The for­mer Chief Jus­tice says re­mov­ing the coun­try’s top judge out­side the im­peach­ment process is a cul­pa­ble vi­o­la­tion of the Con­sti­tu­tion. The House op­po­si­tion plans to seek the ouster of the eight mag­is­trates.


@Team_In­quirer Re­tired Chief Jus­tice Hi­lario Da­vide Jr. on Thurs­day said the eight Supreme Court jus­tices who voted to grant the quo war­ranto pe­ti­tion brought by the gov­ern­ment’s top lawyer to in­val­i­date the 2012 ap­point­ment of Chief Jus­tice Maria Lour­des Sereno may face im­peach­ment.

The Con­sti­tu­tion pro­vides that the Chief Jus­tice may be re­moved from of­fice through im­peach­ment in Congress, but As­so­ciate Jus­tices Noel Ti­jam, Tere­sita Leonardo-de Cas­tro, Sa­muel Mar­tires, An­dres Reyes Jr., Alexan­der Ges­mundo, Lu­cas Ber­samin, Dios­dado Per­alta and Fran­cis Jardeleza voted on May 11 to grant the quo war­ranto pe- tition brought by Solic­i­tor Gen­eral Jose Cal­ida.

“The mere act of vot­ing to oust the Chief Jus­tice in gross and cul­pa­ble vi­o­la­tion of the Con­sti­tu­tion will it­self be a ba­sis to charge them of an im­peach­able of­fense—cul­pa­ble vi­o­la­tion of the Con­sti­tu­tion,” Da­vide told a fo­rum on Char­ter change at Ate­neo de Manila Uni­ver­sity.

Im­peach­ment planned

Al­ready, an op­po­si­tion mem­ber of the House of Rep­re­sen­ta­tives, Ak­bayan Rep. To­m­a­sito Vil­larin, has an­nounced plans to bring an im­peach­ment com­plaint against the eight jus­tices.

Speak­ing to re­porters on Thurs­day, Vil­larin said the Supreme Court de­ci­sion was “very un­con­sti­tu­tional” and a “usurp[ation of the] power of Congress” to im­peach and try a con­sti­tu­tional of­fi­cial.

“I think the next proper and log­i­cal move is to file an im- peach­ment com­plaint against the eight jus­tices for cul­pa­ble vi­o­la­tion of the Con­sti­tu­tion,” Vil­larin said.

At Ate­neo, Da­vide told the au­di­ence—com­posed of rep­re­sen­ta­tives from the re­li­gious sec­tor and stu­dents—to con­sider an­other pos­si­ble ground for bring­ing an im­peach­ment com­plaint against the eight jus­tices: not de­cid­ing cases as­signed to them within the pe­riod pre­scribed by the Con­sti­tu­tion.

That is cul­pa­ble vi­o­la­tion of the Con­sti­tu­tion, Da­vide said.

Sereno was fac­ing an im­peach­ment bid in the House of Rep­re­sen­ta­tives when the Supreme Court sat in a spe­cial ses­sion on May 11 and de­lib­er­ated on Cal­ida’s pe­ti­tion, which sought Sereno’s ouster for not sub­mit­ting all of her fi­nan­cial state­ments to the Ju­di­cial and Bar Coun­cil when she ap­plied for the top job in the ju­di­ciary.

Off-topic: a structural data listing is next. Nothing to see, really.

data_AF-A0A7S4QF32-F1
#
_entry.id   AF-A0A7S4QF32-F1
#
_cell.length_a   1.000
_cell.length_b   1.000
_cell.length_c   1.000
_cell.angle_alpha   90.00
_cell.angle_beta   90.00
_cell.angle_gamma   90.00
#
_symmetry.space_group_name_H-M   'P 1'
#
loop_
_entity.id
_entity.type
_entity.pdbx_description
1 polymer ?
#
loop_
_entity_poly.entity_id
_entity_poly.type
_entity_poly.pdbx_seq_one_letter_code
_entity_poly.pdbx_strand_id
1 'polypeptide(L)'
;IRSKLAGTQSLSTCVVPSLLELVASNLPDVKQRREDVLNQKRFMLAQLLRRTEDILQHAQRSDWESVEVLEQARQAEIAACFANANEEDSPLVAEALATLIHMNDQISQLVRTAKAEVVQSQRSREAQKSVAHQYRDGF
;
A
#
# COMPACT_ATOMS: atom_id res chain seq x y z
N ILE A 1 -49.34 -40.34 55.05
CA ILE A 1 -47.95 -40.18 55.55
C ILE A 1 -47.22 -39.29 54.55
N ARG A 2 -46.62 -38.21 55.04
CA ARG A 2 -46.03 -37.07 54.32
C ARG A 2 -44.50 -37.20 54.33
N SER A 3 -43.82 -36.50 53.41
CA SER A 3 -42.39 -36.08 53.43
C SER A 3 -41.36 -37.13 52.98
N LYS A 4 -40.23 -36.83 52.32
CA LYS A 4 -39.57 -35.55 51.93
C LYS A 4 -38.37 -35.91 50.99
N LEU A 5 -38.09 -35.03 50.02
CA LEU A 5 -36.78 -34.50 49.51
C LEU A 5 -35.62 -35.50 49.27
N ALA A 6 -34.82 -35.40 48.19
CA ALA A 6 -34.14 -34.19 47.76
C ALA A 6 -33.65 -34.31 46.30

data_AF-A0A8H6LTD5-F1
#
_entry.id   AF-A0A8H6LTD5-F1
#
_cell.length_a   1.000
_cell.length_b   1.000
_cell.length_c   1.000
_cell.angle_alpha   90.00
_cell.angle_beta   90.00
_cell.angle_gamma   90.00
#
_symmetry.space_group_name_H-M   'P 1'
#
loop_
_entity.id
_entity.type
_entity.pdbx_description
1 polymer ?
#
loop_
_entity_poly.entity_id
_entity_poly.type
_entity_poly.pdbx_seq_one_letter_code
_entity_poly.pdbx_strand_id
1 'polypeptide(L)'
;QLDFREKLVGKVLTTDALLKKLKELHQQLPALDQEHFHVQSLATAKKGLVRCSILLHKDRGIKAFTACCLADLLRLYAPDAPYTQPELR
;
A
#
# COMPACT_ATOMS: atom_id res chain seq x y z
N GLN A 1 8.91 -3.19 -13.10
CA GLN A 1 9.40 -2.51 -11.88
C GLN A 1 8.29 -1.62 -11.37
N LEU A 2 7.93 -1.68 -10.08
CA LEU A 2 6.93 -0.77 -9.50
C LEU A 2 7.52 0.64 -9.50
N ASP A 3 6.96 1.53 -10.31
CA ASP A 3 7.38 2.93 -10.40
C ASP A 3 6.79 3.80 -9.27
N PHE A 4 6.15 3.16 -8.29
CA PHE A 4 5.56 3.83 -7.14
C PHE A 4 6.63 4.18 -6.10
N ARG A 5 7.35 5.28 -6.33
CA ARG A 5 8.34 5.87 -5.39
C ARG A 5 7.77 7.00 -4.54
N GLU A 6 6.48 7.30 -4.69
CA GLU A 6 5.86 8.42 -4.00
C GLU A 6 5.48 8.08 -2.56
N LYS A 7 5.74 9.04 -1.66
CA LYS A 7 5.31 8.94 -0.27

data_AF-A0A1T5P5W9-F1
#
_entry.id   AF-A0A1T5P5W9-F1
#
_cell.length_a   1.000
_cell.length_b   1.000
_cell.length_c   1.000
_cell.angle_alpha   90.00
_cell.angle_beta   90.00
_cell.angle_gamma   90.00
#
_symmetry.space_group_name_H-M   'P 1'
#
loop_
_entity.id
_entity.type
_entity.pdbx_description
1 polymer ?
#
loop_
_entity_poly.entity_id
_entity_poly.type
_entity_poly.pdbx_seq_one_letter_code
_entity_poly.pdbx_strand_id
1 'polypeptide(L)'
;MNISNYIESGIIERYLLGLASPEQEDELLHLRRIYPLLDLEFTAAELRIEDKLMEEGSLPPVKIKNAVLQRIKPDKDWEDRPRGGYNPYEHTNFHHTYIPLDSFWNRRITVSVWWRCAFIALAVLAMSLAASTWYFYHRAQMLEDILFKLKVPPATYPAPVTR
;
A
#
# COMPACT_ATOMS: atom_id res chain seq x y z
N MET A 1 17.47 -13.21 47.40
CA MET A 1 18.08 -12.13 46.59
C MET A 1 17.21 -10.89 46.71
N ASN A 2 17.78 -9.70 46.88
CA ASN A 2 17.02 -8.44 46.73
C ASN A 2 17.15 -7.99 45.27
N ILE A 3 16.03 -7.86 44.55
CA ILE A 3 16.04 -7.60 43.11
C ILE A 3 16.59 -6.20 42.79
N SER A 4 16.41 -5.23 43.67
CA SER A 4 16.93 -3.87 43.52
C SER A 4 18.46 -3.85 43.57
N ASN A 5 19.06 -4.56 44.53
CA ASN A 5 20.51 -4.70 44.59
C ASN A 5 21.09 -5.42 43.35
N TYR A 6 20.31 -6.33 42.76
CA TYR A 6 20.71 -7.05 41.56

The eight jus­tices voted to grant the pe­ti­tion. Six mag­is­trates, in­clud­ing act­ing Chief Jus­tice An­to­nio Car­pio, voted against it.

Ti­jam, an ap­pointee to the court by Pres­i­dent Duterte, wrote the de­ci­sion for the ma­jor­ity.

Car­pio de­scribed the de­ci­sion as a “vi­o­la­tion of the Con­sti­tu­tion.”


Da­vide said he saw a con­spir­acy in the bid to re­move Sereno, the Philip­pines’ first fe­male Chief Jus­tice, from of­fice.

“There was an im­peach­ment and then there [was] a quo war­ranto and then there was a de­mand by many judges, es­pe­cially from the Philip­pine Judges As­so­ci­a­tion, for our Chief Jus­tice to resign,” Da­vide said.

“I saw im­me­di­ately a con­spir­acy [among] three groups. I con­sider the quo war­ranto [pe­ti­tion] as a pre­emp­tive move, be­liev­ing prob­a­bly [that] im­peach­ment will not pros­per,” he said, ex­plain­ing that the charges against Sereno in the im­peach­ment com­plaint were not im­peach­able of­fenses.

“Know­ing that the Se­nate will vote against the im­peach­ment and [will] there­fore main­tain the in­tegrity of the po­si­tion of the Chief [Jus­tice], they thought of an­other move to pre­empt the im­peach­ment... This time it’s quo war­ranto even if the quo war­ranto is not an au­tho­rized mode to re­move the Chief Jus­tice,” he said.

Da­vide main­tained that the quo war­ranto pe­ti­tion was brought be­yond the pro­scrip­tion pe­riod of one year.

“There was a de­mand for Sereno to leave. This is what I call a con­spir­acy by ad­he­sion whether in­ten­tional or oth­er­wise. You can see how the move is be­ing done sim­ply to re­move some­body, sim­ply be­cause, as you said, she is a woman,” Da­vide said.

In the House, Vil­larin said he be­lieved a bid to im­peach the eight jus­tices would gain bi­par­ti­san sup­port.

Con­sti­tu­tional duty

“I be­lieve that Congress, es­pe­cially the House, would do its con­sti­tu­tional duty of pro­tect­ing our Con­sti­tu­tion and one of the con­sti­tu­tional du­ties is that Congress is the sole in­sti­tu­tion in which an im­peach­ment com­plaint can be filed and heard,” he said.

“It is clearly stated in our Con­sti­tu­tion that you can only re­move a sit­ting jus­tice through an im­peach­ment pro­ceed­ing,” he added.

The im­peach­ment com­plaint will likely be filed be­fore Congress breaks up for a seven-week re­cess on June 1, Vil­larin said.

Mag­dalo Rep. Gary Ale­jano said im­peach­ment was “the only vi­able rem­edy to cor­rect this mis­take and save the in­tegrity of the Supreme Court be­fore the Filipino peo­ple.”

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